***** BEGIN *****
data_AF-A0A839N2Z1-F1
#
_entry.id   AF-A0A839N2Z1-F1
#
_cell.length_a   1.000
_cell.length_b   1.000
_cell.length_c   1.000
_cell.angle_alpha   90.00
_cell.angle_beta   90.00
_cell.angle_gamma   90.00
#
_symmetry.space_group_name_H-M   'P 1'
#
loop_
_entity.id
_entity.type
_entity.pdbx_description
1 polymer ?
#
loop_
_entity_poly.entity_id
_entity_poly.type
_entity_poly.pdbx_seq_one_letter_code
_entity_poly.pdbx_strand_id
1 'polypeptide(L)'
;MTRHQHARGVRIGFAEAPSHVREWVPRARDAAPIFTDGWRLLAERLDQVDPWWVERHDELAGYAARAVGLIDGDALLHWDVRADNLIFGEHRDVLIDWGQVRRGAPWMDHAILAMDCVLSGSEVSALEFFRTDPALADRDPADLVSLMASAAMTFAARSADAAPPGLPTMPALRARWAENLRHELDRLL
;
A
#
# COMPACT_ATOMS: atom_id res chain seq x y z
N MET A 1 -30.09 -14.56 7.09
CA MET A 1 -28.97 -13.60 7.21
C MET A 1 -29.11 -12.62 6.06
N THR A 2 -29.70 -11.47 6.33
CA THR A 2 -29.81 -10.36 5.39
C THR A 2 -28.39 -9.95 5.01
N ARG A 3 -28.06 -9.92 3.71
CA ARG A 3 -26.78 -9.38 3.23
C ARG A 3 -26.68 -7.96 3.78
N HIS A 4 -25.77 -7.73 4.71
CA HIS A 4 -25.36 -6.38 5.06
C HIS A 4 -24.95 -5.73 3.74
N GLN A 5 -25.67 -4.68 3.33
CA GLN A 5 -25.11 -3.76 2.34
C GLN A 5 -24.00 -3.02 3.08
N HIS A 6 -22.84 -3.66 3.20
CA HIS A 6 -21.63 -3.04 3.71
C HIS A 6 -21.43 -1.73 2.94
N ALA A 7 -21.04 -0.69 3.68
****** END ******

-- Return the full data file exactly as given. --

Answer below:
data_AF-A0A839N2Z1-F1
#
_entry.id   AF-A0A839N2Z1-F1
#
_cell.length_a   1.000
_cell.length_b   1.000
_cell.length_c   1.000
_cell.angle_alpha   90.00
_cell.angle_beta   90.00
_cell.angle_gamma   90.00
#
_symmetry.space_group_name_H-M   'P 1'
#
loop_
_entity.id
_entity.type
_entity.pdbx_description
1 polymer ?
#
loop_
_entity_poly.entity_id
_entity_poly.type
_entity_poly.pdbx_seq_one_letter_code
_entity_poly.pdbx_strand_id
1 'polypeptide(L)'
;MTRHQHARGVRIGFAEAPSHVREWVPRARDAAPIFTDGWRLLAERLDQVDPWWVERHDELAGYAARAVGLIDGDALLHWDVRADNLIFGEHRDVLIDWGQVRRGAPWMDHAILAMDCVLSGSEVSALEFFRTDPALADRDPADLVSLMASAAMTFAARSADAAPPGLPTMPALRARWAENLRHELDRLL
;
A
#
# COMPACT_ATOMS: atom_id res chain seq x y z
N MET A 1 -30.09 -14.56 7.09
CA MET A 1 -28.97 -13.60 7.21
C MET A 1 -29.11 -12.62 6.06
N THR A 2 -29.70 -11.47 6.33
CA THR A 2 -29.81 -10.36 5.39
C THR A 2 -28.39 -9.95 5.01
N ARG A 3 -28.06 -9.92 3.71
CA ARG A 3 -26.78 -9.38 3.23
C ARG A 3 -26.68 -7.96 3.78
N HIS A 4 -25.77 -7.73 4.71
CA HIS A 4 -25.36 -6.38 5.06
C HIS A 4 -24.95 -5.73 3.74
N GLN A 5 -25.67 -4.68 3.33
CA GLN A 5 -25.11 -3.76 2.34
C GLN A 5 -24.00 -3.02 3.08
N HIS A 6 -22.84 -3.66 3.20
CA HIS A 6 -21.63 -3.04 3.71
C HIS A 6 -21.43 -1.73 2.94
N ALA A 7 -21.04 -0.69 3.68